Bill adjusted his harness, which had been nothing but a length of rope five minutes before, one last time. “Read if you are.”
Anatoly nodded and attached himself to the rope, and started repelling downwards with a smooth practised motion. Bill followed him a few seconds later. Soon they were stood firmly on the plateau of the mountain, looking at the broken Helicopter. “You really did a number on it didn’t you?” Anatoly teased as he and Bill rid themselves of the makeshift harnesses.
“I’d like to see you try to land on the top of a mountain in the dark, lad,” Bill snorted before he turned his attention to the matter at hand.
He raised a hand and waved to the pilot of the helicopter hovering above, which then veered off to the side and began to descend to ground level, leaving them alone on the mountain-top.
“Pfeiffer, you get on at that helicopter and see if you can get it up in the air again,” he commanded. “Everyone else, weapon’s ready, we’re about to go in. I’ll be leading the way, but you’ve a map between three there, so consult those if we get separated.”
The men all nodded and drew their weapons, and with Anatoly leading from the front with Bill, they made their way into the mountain.
If any of the men had been looking for a thrilling game of cat-and-mouse, or even a good fight they would have been sorely disappointed. Food supplies were running low in the mountain and the remaining men had been disagreeing with each other about what the best way to escape would be. So in fact, they were almost relieved to have the decision made for them. Apart from two paratroopers who came to blows with each other, they put up next to no resistance and allowed themselves to be escorted down the tunnels to the rope-ladder.
When they got the men outside and counted them up, they realised that the helicopters would have to do at least two trips each to get everyone out of the valley. Bill radioed up to Pfeiffer to see if the damaged machine would live to fly again, but the news wasn’t good. The two helicopters they had would have to do all the work. Bill sent Anatoly to get Pfeiffer, who had been unfortunately left without a map to get out of the mountain, and then he set about dividing the agents, and the men they had captured up into groups to be transported.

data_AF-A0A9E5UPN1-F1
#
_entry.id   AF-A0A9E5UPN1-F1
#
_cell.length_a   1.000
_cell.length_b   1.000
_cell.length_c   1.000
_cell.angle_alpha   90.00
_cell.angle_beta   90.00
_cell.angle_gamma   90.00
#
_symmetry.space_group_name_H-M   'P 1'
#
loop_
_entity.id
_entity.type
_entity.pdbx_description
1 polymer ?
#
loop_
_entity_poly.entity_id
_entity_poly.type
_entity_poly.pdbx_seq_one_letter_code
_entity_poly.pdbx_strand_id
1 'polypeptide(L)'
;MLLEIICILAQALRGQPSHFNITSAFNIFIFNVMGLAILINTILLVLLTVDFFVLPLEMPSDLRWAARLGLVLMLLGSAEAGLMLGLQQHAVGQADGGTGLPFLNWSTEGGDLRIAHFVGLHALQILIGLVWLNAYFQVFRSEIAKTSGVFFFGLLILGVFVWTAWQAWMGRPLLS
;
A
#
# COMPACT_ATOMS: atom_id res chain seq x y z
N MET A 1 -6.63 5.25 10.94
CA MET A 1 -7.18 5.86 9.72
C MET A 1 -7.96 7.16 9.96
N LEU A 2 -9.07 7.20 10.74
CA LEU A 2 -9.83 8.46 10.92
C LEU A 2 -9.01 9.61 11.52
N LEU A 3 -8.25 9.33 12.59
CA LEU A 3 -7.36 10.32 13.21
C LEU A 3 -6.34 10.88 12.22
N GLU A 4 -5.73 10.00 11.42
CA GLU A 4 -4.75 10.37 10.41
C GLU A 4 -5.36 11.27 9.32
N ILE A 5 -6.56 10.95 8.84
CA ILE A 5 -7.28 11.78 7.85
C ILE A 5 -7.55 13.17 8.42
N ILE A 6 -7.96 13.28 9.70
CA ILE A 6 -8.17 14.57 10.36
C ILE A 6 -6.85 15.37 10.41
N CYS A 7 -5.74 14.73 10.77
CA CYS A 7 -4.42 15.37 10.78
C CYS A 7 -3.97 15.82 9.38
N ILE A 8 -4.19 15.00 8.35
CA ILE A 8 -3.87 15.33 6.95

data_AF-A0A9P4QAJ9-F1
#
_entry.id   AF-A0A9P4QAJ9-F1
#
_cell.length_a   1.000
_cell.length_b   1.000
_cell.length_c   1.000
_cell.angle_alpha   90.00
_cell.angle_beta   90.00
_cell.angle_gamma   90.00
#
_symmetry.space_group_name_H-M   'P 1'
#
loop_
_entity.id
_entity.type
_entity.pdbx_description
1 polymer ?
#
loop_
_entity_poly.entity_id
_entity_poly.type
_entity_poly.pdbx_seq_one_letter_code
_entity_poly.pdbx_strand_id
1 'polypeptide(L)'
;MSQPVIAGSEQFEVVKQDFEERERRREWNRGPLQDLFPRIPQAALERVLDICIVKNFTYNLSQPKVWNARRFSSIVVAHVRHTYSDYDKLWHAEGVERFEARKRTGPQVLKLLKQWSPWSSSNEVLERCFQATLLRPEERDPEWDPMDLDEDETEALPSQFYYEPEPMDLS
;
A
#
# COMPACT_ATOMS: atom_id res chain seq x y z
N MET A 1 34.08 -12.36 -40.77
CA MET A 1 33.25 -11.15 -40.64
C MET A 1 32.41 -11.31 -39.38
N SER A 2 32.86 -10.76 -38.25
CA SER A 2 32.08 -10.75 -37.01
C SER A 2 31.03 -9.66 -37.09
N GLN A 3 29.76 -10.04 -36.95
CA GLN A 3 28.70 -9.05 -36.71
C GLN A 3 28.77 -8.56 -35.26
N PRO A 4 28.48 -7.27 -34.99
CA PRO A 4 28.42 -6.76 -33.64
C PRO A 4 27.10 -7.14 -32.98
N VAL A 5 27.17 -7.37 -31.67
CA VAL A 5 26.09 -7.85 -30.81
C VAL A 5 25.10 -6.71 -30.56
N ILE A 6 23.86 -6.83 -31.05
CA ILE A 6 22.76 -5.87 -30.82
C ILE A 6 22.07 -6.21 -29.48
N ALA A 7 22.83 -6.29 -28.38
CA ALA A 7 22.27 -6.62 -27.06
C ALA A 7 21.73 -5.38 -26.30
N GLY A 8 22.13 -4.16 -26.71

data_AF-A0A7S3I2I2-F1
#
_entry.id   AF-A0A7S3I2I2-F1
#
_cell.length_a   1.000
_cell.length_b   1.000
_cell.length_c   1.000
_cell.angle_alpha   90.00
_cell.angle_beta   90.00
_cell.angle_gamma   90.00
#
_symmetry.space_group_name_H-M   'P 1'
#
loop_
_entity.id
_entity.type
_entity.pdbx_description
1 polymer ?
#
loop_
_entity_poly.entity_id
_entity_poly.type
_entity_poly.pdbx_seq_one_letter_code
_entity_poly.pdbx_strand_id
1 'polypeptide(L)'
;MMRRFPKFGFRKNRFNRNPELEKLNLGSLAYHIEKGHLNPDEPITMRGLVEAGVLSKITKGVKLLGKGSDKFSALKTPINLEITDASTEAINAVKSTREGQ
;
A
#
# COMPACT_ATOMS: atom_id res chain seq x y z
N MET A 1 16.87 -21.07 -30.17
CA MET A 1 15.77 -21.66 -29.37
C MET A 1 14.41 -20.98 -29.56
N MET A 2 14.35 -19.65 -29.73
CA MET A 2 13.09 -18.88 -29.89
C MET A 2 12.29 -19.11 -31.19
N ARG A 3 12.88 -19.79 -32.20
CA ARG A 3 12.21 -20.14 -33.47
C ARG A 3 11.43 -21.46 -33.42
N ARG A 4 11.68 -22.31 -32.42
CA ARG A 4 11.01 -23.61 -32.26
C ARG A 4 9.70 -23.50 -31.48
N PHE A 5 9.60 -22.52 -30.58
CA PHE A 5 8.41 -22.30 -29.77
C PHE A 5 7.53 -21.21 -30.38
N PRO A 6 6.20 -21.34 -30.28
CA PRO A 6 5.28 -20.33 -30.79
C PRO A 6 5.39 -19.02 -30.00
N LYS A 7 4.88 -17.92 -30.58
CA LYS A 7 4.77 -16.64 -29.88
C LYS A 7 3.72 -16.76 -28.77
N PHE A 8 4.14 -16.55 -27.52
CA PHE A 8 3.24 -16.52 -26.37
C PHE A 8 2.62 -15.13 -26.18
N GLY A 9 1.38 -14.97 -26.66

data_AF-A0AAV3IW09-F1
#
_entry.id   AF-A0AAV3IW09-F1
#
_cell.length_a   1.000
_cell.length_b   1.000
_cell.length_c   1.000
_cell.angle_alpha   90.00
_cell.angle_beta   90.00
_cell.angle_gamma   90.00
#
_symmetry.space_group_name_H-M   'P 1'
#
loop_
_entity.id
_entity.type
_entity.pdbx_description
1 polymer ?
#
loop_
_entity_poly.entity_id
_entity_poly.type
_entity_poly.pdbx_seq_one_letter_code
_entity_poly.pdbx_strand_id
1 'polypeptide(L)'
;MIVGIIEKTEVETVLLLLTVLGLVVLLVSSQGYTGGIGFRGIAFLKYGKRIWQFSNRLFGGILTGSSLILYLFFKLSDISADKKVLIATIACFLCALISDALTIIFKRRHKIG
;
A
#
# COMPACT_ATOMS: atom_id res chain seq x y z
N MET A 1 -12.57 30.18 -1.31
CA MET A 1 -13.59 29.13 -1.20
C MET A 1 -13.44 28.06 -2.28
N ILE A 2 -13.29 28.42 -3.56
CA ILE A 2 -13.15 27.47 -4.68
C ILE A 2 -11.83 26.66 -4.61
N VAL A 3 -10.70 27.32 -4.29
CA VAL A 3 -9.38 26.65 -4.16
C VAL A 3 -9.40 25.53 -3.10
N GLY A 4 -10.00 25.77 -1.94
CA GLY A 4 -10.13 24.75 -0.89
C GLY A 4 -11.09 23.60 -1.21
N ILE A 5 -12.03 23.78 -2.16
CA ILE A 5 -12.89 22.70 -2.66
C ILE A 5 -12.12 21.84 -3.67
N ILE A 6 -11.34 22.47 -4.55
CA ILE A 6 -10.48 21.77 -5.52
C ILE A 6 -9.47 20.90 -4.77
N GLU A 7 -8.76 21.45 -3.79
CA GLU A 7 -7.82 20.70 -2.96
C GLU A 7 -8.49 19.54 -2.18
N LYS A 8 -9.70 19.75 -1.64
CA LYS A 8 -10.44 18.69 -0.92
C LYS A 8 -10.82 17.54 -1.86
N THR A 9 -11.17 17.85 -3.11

By the time Anatoly and Pfeiffer reached the bottom of the rope ladder and emerged into the daylight again they didn’t have long to wait for the helicopters to return.
“Sorry boss, but the chopper up there’s going to need a whole new steering rig,” Pfeiffer said. “It’ll fly again fine once that’s in, but there was nothing I could do to fix it with just a few tools.
Bill nodded, “Understood. Thank you for looking. We can arrange that when we get back to civilisation.”
“What will happen to the mountain now Bill?” Anatoly asked after a minute. “Do you think we will move our own men in?”
“Fancy a bit of cave-dwelling, do you?” Bill joked. “Our scientists will be in for a while, anyway, then I suppose it’ll depend what they find. We might have to fill the whole thing in… or we might end up using whatever’s in there for our own benefit. Just have to wait and see. For now, I’d be happy never to see the place again. I just want to get back to the Evans’ farm for a slap-up lunch and enjoy the rest of my holiday.”
Anatoly laughed a little, “no, I would not like to live in that cave maze. I could go for that lunch!”
“Did someone mention lunch?” Johns asked, appearing at Bill’s shoulder.
“I did,” Bill confirmed. “Probably a late lunch, by the time we get rid of this lot… but I’m sure Mrs Evans will have kept it warm.”
“Not to mention, getting back from Merthyr,” Anatoly pointed out slyly.
“He’s right, we may have to eat in Merthyr and then get back to the farm for dinner,” Johns pointed out.
Bill consulted his watch. “We’ll see.” When they arrived at the farm they found Mrs Evans bustling around in the kitchen, and soon they were sitting down to eat, Bill, Anatoly and Johns, the four children, Allie, Mr and Mrs Evans, accompanied by Kiki, Snowy and Sally and her babies.
They argued good-naturedly as to whether the meal was a late lunch or an early dinner, and in the end decided that it would depend on each individual perspective, and when that person had last eaten so that everyone saved face.
“Though,” Bill said wisely, “if this is an early dinner, you’ve only got supper to come. I’ve still got dinner and supper.”